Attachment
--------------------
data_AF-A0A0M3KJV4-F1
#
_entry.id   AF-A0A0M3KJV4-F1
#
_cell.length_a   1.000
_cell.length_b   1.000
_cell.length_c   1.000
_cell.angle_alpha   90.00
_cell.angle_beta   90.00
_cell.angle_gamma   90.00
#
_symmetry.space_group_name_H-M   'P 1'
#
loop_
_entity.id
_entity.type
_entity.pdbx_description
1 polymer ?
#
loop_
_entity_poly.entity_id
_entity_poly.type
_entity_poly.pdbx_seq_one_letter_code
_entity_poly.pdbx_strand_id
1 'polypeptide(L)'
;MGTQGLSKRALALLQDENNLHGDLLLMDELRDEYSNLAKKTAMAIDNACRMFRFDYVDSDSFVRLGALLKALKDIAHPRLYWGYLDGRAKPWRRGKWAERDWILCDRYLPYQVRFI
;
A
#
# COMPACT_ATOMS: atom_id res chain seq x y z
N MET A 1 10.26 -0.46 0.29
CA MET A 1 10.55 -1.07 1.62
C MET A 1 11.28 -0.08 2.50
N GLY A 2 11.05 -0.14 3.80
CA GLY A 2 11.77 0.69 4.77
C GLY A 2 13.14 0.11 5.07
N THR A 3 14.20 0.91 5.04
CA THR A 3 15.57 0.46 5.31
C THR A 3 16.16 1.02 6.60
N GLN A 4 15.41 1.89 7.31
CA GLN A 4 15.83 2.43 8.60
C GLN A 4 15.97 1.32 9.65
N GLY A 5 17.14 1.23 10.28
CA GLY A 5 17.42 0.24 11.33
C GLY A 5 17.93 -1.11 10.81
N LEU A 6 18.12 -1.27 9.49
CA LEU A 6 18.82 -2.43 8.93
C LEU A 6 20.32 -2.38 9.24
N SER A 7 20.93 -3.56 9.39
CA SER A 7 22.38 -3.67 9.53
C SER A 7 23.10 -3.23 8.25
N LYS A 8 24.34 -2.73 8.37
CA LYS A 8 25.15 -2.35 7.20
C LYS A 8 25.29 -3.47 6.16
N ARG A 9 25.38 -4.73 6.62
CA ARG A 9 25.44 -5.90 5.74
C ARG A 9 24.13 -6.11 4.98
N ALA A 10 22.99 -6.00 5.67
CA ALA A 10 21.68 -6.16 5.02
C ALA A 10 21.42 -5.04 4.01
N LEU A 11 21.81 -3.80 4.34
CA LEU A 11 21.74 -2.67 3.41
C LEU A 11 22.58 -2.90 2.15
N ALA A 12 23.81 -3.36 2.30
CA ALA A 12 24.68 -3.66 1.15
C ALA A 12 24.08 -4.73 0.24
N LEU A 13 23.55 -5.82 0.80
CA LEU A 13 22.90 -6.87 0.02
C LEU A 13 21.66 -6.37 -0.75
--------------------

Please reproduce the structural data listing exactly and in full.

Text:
data_AF-A0A0M3KJV4-F1
#
_entry.id   AF-A0A0M3KJV4-F1
#
_cell.length_a   1.000
_cell.length_b   1.000
_cell.length_c   1.000
_cell.angle_alpha   90.00
_cell.angle_beta   90.00
_cell.angle_gamma   90.00
#
_symmetry.space_group_name_H-M   'P 1'
#
loop_
_entity.id
_entity.type
_entity.pdbx_description
1 polymer ?
#
loop_
_entity_poly.entity_id
_entity_poly.type
_entity_poly.pdbx_seq_one_letter_code
_entity_poly.pdbx_strand_id
1 'polypeptide(L)'
;MGTQGLSKRALALLQDENNLHGDLLLMDELRDEYSNLAKKTAMAIDNACRMFRFDYVDSDSFVRLGALLKALKDIAHPRLYWGYLDGRAKPWRRGKWAERDWILCDRYLPYQVRFI
;
A
#
# COMPACT_ATOMS: atom_id res chain seq x y z
N MET A 1 10.26 -0.46 0.29
CA MET A 1 10.55 -1.07 1.62
C MET A 1 11.28 -0.08 2.50
N GLY A 2 11.05 -0.14 3.80
CA GLY A 2 11.77 0.69 4.77
C GLY A 2 13.14 0.11 5.07
N THR A 3 14.20 0.91 5.04
CA THR A 3 15.57 0.46 5.31
C THR A 3 16.16 1.02 6.60
N GLN A 4 15.41 1.89 7.31
CA GLN A 4 15.83 2.43 8.60
C GLN A 4 15.97 1.32 9.65
N GLY A 5 17.14 1.23 10.28
CA GLY A 5 17.42 0.24 11.33
C GLY A 5 17.93 -1.11 10.81
N LEU A 6 18.12 -1.27 9.49
CA LEU A 6 18.82 -2.43 8.93
C LEU A 6 20.32 -2.38 9.24
N SER A 7 20.93 -3.56 9.39
CA SER A 7 22.38 -3.67 9.53
C SER A 7 23.10 -3.23 8.25
N LYS A 8 24.34 -2.73 8.37
CA LYS A 8 25.15 -2.35 7.20
C LYS A 8 25.29 -3.47 6.16
N ARG A 9 25.38 -4.73 6.62
CA ARG A 9 25.44 -5.90 5.74
C ARG A 9 24.13 -6.11 4.98
N ALA A 10 22.99 -6.00 5.67
CA ALA A 10 21.68 -6.16 5.02
C ALA A 10 21.42 -5.04 4.01
N LEU A 11 21.81 -3.80 4.34
CA LEU A 11 21.74 -2.67 3.41
C LEU A 11 22.58 -2.90 2.15
N ALA A 12 23.81 -3.36 2.30
CA ALA A 12 24.68 -3.66 1.15
C ALA A 12 24.08 -4.73 0.24
N LEU A 13 23.55 -5.82 0.80
CA LEU A 13 22.90 -6.87 0.02
C LEU A 13 21.66 -6.37 -0.75